Omura City Theme – Peace and Conflict / Social Welfare

On Feb. 21st, the 8th local Fureai event in Omura took place. The event was created to bring physically and mentally challenged people, local volunteers and elementary school children together to develop an understanding of the world around us. The World Campus — Japan Spring 2008 Class also was invited to participate as guests.

After the opening ceremony and an introduction of World Campus International, everyone joined in playing some games. The warm atmosphere made it easy for the WCI participants to communicate and exchange hand-made name cards. The definite highlight was dancing all together to the songs of the Big Country Jazz Orchestra, who also came to play at the event as volunteers.

These four precious hours went by very quickly and soon it was time to say goodbye. As Mr. Ashizuka, a staff member at the Kibo-no-Sato (Village of Hopes) facility for people with disabilities said: “If you touch one’s body, you touch one’s heart”. Thanks to his initiative and the help of so many others, 380 hearts were moved with happiness that day.

Peace and  ConflictThis event was not the only thing which added to our tour’s main theme that week. As Nagasaki is one of the most important places to study the full tragedy of an Atomic bombing, we spent a day at the Nagasaki Peace Center. The center is not only providing historical facts about the A-bombing, but also trying to educate people about recent Atomic tests and the importance of world peace.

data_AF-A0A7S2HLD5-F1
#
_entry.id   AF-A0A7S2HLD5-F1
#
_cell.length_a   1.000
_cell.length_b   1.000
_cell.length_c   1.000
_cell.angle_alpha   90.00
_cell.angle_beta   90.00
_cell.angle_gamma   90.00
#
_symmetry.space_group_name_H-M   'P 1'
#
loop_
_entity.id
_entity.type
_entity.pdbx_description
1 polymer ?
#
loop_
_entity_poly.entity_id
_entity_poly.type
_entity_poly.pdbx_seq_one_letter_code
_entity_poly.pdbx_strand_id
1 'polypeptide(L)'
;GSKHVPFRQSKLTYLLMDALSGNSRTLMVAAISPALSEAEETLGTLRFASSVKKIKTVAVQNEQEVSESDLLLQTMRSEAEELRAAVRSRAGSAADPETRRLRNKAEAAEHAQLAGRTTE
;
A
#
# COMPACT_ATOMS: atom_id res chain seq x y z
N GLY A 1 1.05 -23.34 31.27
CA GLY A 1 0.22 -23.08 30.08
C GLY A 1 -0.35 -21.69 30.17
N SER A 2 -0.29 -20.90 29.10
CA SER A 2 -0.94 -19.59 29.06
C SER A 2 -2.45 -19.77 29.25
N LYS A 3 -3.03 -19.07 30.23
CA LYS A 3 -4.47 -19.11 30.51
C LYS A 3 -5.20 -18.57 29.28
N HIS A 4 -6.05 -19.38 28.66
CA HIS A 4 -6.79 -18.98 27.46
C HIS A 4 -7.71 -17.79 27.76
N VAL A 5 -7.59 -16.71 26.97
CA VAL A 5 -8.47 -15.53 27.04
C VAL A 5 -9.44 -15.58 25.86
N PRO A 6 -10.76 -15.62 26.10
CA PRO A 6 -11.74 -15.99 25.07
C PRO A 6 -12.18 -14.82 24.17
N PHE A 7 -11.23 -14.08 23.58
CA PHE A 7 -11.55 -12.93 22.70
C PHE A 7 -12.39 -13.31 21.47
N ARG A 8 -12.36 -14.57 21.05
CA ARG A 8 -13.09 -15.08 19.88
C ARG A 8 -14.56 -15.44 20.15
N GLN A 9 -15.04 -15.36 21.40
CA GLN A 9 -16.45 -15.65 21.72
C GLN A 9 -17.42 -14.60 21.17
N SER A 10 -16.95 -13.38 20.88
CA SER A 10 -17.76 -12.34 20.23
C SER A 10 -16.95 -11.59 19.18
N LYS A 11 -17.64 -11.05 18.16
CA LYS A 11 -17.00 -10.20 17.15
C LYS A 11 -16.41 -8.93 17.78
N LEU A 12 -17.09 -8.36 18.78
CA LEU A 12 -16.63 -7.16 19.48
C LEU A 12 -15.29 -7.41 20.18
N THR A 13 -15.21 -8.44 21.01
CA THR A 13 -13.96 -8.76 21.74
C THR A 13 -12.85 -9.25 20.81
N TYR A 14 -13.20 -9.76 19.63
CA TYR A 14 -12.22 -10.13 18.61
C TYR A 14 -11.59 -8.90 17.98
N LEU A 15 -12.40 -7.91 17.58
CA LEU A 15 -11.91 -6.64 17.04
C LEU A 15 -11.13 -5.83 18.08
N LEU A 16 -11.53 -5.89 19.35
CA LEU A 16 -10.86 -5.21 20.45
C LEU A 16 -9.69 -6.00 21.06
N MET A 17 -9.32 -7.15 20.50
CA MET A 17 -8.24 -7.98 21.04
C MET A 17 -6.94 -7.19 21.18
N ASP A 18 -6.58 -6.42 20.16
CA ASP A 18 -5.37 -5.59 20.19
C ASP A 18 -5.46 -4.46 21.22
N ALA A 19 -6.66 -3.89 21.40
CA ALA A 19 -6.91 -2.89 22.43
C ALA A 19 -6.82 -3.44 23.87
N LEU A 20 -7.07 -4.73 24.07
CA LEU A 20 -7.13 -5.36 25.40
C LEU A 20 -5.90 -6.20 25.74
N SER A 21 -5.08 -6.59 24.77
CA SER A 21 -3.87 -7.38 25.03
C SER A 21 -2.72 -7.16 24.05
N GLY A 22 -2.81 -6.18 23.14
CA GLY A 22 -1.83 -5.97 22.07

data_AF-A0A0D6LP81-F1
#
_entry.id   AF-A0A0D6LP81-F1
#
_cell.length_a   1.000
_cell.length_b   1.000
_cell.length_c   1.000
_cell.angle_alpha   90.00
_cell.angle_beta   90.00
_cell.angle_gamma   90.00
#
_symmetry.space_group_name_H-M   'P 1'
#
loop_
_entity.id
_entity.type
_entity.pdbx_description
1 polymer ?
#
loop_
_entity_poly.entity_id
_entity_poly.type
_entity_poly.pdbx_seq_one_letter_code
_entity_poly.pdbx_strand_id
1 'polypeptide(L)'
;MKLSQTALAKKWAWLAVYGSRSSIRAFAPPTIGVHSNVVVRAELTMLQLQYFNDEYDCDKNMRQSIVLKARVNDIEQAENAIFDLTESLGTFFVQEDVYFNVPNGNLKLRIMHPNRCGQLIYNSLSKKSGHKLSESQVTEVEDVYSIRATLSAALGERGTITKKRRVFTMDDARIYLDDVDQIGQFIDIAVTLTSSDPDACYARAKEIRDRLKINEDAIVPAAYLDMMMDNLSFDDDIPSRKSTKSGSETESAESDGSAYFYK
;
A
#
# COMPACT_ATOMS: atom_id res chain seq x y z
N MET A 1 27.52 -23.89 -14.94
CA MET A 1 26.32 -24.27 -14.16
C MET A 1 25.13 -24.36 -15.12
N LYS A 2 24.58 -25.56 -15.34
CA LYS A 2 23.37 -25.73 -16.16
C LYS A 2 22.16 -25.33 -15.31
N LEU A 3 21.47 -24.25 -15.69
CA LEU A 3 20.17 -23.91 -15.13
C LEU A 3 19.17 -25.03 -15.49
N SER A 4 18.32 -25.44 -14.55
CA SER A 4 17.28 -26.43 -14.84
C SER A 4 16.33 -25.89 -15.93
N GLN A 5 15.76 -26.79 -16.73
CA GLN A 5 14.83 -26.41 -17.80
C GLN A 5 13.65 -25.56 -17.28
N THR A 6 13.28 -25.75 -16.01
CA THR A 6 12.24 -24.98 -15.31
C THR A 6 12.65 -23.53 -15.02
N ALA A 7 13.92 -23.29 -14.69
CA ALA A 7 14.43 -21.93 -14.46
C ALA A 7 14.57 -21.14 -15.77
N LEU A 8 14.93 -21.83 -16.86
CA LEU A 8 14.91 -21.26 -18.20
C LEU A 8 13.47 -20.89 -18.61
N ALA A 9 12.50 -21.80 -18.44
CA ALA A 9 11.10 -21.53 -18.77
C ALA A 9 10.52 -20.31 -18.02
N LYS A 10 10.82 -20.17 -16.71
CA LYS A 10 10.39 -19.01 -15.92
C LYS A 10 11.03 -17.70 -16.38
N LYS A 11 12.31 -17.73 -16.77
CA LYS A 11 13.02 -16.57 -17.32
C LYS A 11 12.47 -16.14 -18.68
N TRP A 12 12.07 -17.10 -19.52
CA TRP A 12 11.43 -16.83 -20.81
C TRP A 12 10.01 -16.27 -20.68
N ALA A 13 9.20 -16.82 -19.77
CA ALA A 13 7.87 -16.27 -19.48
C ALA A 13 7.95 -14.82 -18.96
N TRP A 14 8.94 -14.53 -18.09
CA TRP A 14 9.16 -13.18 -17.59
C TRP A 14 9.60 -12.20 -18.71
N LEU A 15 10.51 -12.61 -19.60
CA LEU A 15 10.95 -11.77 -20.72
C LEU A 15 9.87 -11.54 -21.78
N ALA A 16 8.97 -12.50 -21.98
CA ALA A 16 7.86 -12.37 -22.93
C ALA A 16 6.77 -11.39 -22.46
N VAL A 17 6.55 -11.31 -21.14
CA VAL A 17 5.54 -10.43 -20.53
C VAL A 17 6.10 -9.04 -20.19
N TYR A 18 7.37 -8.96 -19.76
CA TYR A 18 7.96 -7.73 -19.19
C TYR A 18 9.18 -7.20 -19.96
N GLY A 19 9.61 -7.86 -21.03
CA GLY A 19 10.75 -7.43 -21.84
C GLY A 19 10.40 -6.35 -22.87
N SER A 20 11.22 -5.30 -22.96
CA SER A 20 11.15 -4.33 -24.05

World Campus International also invited Mr. Hirose, a survivor of the Nagasaki A-bomb who recently received a prize for his engagement in Korea-Japan cooperation, to speak to our group. This was a once in a lifetime opportunity for us all to gain first hand historical information. During the following meeting we discussed our varied personal and cultural points of view on this topic. The main focus however was on the involvement both of Japan and America in WW II and we came to the conclusion that history is like a mosaique. We can learn and add pieces one by one to form a big and colorful picture of our past.

During both the Fureai Event and the trip to the Nagasaki Peace Center I realized how important it is to become involved in the world surrounding us. Because I am German I have a very sensitive view of WW II, but the trip to Nagasaki opened up a new dimension of this war to me. I have learned that no one can ever win a war, and that everyone was suffering from the irreparable destruction of the bodies and souls of so many people. Yet, no one can ever change what has happened and it is our duty and responsibility to make sure that Nagasaki is the last city ever to be destroyed by an atomic bomb. The Fureai Event on the other hand changed me in quite a different way. Before the event I was really nervous because I had never interacted with physically and mentally challenged people before. Early in the event, when a girl came up to me, touched my hand, and smiled, all of my worries were gone. Communication is not a matter of language or spoken words, it starts within us – it does not know any boundaries. World peace is based on this theory of communication and will be always a possibility as long as we try.

(Katharina Haack, Germany)

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